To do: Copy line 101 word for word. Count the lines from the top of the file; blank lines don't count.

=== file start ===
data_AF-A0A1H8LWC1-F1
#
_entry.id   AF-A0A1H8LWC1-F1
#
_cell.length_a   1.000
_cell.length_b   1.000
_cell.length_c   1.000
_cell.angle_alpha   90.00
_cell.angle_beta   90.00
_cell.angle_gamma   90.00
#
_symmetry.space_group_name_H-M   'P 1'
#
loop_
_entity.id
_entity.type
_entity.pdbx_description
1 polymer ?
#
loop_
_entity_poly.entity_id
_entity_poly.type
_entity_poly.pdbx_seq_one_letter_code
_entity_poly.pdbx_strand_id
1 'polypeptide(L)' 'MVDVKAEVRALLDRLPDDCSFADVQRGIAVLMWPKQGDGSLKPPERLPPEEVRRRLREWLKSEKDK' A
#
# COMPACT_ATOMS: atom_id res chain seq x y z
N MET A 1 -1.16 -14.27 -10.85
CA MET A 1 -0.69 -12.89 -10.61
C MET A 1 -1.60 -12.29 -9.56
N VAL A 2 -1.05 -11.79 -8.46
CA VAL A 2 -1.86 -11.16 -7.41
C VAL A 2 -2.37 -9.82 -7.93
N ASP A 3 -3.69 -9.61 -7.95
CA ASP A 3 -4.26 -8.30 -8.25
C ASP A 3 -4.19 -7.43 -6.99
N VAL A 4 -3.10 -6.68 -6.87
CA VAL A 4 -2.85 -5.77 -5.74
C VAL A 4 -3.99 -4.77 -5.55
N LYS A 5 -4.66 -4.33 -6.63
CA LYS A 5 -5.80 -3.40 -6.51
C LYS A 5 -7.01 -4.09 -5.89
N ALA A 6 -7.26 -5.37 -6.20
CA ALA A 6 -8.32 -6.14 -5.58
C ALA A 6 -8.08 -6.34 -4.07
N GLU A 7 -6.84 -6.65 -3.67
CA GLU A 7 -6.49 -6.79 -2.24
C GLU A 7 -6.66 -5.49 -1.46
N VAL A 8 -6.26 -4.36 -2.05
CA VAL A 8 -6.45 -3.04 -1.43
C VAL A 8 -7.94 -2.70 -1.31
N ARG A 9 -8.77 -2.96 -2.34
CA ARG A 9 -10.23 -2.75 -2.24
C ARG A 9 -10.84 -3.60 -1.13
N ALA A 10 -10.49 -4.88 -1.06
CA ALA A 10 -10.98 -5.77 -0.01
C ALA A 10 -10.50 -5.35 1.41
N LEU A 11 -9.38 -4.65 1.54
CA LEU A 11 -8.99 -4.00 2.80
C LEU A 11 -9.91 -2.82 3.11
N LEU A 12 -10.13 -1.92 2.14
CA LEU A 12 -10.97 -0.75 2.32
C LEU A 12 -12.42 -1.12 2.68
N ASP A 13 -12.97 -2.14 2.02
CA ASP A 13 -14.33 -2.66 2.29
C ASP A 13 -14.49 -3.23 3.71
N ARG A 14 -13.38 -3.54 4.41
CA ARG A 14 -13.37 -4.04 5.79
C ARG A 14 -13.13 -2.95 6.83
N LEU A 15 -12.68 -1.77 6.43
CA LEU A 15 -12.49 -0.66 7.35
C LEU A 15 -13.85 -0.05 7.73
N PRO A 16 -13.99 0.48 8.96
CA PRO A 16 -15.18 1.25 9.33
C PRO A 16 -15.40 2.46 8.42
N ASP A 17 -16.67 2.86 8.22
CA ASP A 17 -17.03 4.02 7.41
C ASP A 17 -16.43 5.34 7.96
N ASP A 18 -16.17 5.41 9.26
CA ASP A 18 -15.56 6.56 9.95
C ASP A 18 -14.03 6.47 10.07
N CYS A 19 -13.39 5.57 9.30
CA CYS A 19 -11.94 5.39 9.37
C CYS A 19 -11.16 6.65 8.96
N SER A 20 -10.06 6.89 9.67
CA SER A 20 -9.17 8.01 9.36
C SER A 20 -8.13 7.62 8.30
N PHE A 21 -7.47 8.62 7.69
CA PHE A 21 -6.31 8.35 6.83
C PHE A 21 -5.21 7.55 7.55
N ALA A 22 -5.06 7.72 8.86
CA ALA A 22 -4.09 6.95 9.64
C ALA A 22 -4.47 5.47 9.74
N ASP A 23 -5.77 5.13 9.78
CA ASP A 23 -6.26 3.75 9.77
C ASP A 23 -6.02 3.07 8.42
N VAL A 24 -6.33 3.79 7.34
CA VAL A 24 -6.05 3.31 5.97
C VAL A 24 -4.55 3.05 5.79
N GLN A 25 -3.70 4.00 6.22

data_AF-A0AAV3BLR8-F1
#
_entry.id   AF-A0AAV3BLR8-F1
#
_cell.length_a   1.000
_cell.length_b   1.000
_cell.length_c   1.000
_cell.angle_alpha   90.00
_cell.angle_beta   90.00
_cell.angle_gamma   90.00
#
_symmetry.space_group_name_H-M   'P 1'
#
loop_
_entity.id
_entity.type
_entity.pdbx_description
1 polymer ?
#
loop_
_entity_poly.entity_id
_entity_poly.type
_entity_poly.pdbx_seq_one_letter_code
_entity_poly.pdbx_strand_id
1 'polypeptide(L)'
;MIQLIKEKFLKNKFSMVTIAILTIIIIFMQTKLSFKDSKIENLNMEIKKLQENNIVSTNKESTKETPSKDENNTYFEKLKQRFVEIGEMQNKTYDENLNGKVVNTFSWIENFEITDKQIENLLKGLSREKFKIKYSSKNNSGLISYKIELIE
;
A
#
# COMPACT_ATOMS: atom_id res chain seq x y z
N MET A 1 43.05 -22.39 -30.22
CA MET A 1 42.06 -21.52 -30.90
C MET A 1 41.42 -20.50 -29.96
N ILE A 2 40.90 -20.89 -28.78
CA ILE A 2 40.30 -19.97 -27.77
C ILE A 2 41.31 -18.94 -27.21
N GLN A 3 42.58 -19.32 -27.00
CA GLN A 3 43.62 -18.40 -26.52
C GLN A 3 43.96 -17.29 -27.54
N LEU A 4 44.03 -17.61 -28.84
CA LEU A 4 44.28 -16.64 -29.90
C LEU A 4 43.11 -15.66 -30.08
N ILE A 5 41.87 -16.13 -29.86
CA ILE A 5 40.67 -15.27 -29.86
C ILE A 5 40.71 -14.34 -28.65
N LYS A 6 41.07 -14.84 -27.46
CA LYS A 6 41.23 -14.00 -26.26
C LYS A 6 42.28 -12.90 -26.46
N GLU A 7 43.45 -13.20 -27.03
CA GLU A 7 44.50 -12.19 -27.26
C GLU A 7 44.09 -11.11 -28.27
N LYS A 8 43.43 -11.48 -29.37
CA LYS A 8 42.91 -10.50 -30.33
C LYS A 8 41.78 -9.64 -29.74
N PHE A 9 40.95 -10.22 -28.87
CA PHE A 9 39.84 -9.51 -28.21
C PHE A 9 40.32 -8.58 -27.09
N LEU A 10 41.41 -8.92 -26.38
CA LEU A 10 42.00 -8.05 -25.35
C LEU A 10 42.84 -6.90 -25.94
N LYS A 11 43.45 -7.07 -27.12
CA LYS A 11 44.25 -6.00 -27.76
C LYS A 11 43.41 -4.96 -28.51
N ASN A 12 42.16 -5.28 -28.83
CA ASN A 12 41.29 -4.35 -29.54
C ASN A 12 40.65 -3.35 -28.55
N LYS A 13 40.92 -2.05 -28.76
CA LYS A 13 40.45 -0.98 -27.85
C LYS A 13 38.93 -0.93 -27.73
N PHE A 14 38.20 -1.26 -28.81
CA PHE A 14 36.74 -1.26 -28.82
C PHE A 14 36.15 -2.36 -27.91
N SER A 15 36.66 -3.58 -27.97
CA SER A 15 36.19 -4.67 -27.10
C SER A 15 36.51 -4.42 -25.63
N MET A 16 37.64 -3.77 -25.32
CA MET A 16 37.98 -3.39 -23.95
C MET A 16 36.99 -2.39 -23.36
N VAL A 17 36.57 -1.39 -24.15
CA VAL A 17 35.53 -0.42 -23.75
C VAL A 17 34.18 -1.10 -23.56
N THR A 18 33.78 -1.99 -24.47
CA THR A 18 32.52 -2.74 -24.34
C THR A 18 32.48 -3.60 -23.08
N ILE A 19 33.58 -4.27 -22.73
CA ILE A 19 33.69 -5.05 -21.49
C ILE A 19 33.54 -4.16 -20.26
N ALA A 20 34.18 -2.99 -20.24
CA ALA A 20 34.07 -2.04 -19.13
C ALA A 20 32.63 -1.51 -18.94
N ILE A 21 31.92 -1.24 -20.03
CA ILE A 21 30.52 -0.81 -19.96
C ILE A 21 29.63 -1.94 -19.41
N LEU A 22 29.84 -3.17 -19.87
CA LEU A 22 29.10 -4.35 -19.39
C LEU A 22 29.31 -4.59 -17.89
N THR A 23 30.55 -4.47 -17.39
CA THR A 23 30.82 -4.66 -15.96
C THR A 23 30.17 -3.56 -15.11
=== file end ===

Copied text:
data_AF-A0AAV3BLR8-F1